The same is observed in Estancia Bohemia (San Ignacio 364), where a one-night stay costs 187 dollars, according to the reservation pages. The Café Bohemia is, moreover, a meeting place for culture officials, ostensibly from the Office of the Havana Historian, according to its own publications on networks.
Since they began to proliferate in the streets of Havana, more than a year ago, private businesses generate, in the first instance, mistrust. The fact that some of these (MSMEs) operate in state premises without any type of announcement or public tender, only increases suspicion.
If we add to this the agreements between Cuba and Russia, the last of which were ratified last month at a business forum between the two countries in Havana and which show that Moscow wants to play a leading role in the imminent economic opening of the Island, doubts are difficult to dispel.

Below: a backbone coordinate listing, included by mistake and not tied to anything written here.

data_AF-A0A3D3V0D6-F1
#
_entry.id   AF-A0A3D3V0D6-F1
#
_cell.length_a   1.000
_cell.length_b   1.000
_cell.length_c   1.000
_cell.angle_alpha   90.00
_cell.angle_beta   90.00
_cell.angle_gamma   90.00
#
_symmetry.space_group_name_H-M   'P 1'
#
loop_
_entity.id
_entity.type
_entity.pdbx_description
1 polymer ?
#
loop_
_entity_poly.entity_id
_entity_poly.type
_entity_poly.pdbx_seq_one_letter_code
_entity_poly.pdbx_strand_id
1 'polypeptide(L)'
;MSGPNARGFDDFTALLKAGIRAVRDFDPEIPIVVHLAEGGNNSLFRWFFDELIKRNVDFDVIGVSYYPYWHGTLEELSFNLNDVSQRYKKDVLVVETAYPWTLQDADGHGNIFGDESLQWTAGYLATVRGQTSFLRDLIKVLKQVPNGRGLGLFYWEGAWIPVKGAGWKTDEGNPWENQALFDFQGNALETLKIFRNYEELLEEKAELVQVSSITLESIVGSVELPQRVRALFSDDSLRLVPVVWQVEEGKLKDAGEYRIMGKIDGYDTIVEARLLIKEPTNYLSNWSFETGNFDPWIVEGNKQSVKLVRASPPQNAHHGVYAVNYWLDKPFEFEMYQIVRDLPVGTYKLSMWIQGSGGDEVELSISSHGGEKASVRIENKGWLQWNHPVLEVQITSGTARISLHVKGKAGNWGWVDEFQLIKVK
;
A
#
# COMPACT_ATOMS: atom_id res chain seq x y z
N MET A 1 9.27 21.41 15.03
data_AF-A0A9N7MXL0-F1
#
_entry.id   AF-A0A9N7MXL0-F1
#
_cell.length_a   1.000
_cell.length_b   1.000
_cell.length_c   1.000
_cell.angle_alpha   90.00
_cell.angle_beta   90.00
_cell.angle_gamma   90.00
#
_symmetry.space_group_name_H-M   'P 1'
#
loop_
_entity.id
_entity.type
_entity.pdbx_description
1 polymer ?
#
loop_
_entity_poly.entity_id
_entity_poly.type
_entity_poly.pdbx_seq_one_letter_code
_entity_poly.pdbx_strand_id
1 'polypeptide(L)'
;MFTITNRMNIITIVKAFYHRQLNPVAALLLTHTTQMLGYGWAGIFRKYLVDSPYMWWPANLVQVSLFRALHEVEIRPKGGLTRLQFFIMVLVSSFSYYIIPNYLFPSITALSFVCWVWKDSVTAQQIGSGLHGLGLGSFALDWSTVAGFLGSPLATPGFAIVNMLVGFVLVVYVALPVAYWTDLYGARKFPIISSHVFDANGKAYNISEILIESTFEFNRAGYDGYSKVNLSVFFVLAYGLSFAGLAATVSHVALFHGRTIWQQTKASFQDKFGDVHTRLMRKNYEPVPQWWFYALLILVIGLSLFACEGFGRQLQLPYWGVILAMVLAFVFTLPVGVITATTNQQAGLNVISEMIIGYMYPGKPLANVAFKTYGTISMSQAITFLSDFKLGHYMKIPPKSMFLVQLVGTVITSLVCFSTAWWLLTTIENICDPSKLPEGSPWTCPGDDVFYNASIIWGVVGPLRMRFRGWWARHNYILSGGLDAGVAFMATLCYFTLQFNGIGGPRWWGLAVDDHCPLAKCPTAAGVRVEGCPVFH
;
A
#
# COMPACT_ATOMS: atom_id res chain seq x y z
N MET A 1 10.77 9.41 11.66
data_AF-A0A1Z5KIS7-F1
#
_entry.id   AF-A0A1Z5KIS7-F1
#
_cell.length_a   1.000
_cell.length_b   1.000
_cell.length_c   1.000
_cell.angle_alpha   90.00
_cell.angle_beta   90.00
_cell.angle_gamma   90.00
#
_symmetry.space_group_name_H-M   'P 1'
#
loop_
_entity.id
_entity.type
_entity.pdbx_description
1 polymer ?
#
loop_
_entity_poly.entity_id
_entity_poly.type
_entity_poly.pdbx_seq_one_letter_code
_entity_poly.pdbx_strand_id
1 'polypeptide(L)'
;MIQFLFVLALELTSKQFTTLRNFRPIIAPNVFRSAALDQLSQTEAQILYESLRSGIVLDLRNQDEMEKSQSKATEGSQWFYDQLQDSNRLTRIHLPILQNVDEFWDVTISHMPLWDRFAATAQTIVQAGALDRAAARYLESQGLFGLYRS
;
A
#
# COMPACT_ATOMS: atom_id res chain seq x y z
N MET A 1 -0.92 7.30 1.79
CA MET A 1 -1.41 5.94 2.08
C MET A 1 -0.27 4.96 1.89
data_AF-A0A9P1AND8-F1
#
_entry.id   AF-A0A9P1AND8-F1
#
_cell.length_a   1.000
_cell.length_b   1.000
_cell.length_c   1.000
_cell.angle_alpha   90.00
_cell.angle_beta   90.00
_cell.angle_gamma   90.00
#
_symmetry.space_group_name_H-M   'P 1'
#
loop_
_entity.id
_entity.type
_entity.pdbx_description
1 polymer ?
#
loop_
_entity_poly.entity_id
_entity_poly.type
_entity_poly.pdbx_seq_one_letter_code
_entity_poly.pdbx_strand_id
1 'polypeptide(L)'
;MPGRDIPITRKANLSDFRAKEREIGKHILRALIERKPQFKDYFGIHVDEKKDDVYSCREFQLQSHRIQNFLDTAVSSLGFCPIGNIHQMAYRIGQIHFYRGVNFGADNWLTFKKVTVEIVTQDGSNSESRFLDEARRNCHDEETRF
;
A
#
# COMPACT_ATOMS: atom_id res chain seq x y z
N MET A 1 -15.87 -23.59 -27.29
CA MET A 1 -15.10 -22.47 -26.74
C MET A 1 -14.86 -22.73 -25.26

On the other hand, especially in all private and successful businesses in the country, since self-employment was allowed, they always raise questions: “They don’t let just anyone do this, what influential figure will be behind it?”
In the case of Home Deli, its owners have never hidden themselves, on the contrary, they boast of their achievements both in their networks and in business forums and even official media. “Diana is a Cuban entrepreneur who has established important guidelines in the leisure and food sector in Cuba,” they extol in an Instagram post.
The firm has given sensible capitalist advice: “Mercadiana, a food marketing and production MSME, emphasized the need to eliminate bureaucracy when managing business procedures, as well as a review the high tax amounts that go with how prominent they are, since it could jeopardize the survival of companies”, indicated as an example Cuba en Resumen last year.
However, Diana Sainz has not said why she suddenly decided to change the surname that she inherited from her father, Ricardo Sáenz, one of the founders of the Prensa Latina agency and the Bohemia magazine.
Translated by Norma Whiting